A Fake Lake

How does it make you feel? I’m serious. You read the Feds are putting on a $1.2 billion party – up another $200 million from the last estimate I read last week, incidentally –  from which you, the citizen, will be most earnestly excluded (which is mostly why it’s so expensive). It’s a forgone conclusion it’s no more than a photo-op for the actual invitees. Then you read that part of the cost is $2 million to build an artificial lake in the heart of Toronto.

Let me answer my own question: Near rage. It’s not often I get worked up over a news item, but this one put me over the top. (I guess that’s probably why I’m writing this.)

Lawrence Cannon blithely dismisses the criticism as just a part of Canada “putting its best foot forward”. Why, isn’t Lake Ontario “grand” enough? Seriously, will any of those visiting parasites spend one second admiring our fake lake? Tony Clement, the Industry minister has a different slant: The “reflecting pool” (NOT lake) is “promoting Muskoka tourism”. Really? To whom? (Correct anwers: 1) No; 2) No one.) But then, when your objective is defending the indefensible, a little fake reality seems apropos.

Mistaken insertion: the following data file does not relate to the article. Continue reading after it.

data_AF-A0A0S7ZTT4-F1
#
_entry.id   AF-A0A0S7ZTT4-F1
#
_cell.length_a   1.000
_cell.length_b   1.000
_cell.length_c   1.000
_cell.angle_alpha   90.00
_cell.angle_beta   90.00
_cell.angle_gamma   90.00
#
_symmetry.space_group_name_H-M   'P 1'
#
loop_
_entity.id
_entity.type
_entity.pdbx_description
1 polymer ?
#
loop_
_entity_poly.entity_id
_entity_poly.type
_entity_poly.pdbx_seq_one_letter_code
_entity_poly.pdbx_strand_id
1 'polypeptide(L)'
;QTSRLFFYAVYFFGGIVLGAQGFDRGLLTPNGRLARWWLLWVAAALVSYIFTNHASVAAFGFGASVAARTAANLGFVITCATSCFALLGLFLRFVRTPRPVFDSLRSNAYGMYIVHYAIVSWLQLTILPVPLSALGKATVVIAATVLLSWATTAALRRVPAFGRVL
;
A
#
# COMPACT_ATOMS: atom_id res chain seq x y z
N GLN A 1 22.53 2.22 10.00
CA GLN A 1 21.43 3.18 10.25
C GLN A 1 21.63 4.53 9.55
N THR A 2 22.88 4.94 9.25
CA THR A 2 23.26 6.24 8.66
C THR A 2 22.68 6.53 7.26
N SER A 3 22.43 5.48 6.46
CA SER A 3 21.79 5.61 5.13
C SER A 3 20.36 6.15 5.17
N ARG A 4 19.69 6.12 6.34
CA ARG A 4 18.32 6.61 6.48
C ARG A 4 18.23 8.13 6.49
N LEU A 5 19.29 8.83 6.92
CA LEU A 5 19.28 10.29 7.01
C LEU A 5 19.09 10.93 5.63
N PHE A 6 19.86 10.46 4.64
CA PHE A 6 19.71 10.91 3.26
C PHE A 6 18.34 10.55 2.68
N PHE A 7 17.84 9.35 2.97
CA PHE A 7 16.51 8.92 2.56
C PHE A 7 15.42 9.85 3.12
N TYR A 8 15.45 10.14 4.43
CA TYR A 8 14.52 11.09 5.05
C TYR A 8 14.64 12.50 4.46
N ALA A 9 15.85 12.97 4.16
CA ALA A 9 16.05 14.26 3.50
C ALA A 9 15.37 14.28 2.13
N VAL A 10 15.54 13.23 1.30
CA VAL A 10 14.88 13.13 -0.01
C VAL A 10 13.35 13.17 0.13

What could you do with $2 million? Well, how about 20 (permanent) Habitat-style homes for needy families. Or, salaries for 40 nurses (or cops) for a year. Or, how about food for about a hundred animal shelters for a couple of years.

Now think about what could be done with 600 times that amount?

The Conservatives have been railing at the “waste” that is the gun registry. This summit debacle proves the Liberals are mere pikers when it comes to wasting money. It topples 10 years of  gun registry waste in a matter of days.

One reason this kind of thing doesn’t “stick” to politicians is the Law of Big Numbers – we just don’t conceptually comprehend the magnitude of the (wasted) expenditure. We also (tend to) forget who’s paying.

Well, there’s fake and there’s real. This is real,….,

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